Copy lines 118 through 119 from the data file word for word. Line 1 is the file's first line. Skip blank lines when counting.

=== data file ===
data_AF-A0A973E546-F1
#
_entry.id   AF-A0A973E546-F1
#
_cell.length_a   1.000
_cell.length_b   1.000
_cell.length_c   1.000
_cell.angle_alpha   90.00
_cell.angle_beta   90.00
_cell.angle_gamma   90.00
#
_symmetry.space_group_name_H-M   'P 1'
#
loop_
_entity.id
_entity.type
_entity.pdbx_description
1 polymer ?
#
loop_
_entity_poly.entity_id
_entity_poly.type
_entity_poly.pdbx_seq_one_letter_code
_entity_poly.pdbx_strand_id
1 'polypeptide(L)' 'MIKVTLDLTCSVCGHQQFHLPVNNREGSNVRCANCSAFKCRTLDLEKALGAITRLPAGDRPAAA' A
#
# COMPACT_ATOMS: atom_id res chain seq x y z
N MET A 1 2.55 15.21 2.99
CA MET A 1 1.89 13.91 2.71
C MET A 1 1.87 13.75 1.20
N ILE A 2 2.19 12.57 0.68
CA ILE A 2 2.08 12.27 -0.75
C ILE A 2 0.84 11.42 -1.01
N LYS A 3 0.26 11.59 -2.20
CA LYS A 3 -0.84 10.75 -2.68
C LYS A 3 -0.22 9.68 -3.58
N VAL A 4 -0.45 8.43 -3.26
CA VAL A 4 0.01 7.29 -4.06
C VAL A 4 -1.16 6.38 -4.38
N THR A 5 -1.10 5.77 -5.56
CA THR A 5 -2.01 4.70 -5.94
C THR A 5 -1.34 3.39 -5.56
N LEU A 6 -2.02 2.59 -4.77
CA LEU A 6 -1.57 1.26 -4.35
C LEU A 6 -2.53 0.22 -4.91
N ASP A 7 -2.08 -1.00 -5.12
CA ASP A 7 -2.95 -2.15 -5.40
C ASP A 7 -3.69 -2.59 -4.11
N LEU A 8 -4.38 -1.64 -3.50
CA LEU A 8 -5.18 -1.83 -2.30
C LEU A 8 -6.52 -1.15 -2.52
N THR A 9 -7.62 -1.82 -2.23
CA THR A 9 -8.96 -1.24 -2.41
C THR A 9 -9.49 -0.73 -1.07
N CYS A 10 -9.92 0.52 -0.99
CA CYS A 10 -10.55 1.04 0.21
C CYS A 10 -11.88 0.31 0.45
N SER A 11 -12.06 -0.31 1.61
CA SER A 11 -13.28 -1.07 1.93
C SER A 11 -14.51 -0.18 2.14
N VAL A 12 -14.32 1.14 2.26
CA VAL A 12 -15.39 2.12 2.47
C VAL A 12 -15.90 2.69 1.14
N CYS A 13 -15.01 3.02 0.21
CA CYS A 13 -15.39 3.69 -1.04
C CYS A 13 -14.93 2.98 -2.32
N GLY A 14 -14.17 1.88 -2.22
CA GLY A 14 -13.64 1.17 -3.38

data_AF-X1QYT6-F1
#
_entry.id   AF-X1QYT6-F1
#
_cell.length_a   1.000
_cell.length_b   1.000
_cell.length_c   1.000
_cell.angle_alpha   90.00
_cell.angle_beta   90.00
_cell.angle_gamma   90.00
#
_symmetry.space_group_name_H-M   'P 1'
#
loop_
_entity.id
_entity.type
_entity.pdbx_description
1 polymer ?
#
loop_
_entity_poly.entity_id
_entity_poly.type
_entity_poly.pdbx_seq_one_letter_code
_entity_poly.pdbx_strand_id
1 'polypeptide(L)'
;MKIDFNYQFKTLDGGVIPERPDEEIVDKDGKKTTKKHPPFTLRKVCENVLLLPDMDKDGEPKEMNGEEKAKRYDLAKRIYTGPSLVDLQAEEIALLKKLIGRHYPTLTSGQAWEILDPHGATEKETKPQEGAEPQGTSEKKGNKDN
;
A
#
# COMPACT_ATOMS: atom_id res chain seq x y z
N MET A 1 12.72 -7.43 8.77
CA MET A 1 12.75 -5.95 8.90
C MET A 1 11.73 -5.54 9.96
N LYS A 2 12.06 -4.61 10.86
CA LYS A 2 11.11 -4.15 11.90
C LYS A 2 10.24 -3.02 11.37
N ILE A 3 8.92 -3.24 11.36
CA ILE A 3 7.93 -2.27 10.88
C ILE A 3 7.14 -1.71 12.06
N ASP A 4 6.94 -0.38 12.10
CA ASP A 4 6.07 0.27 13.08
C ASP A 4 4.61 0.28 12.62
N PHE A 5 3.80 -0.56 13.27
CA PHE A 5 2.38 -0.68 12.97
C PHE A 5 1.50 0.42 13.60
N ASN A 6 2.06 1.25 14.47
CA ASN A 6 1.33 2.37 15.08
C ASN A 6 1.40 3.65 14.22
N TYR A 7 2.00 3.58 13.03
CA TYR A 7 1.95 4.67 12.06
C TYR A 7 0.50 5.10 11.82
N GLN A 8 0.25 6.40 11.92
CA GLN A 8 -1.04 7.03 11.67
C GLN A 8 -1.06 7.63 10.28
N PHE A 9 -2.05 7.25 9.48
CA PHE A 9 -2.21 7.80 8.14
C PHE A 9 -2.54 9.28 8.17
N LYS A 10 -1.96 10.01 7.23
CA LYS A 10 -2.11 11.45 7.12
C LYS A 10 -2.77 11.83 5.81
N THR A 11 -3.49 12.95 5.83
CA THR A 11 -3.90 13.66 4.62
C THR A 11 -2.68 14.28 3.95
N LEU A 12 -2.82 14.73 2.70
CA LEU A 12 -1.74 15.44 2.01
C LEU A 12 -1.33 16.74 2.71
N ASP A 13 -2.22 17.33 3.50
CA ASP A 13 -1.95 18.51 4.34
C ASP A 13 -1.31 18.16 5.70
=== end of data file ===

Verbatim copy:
CA TYR A 7 1.95 4.67 12.06
C TYR A 7 0.50 5.10 11.82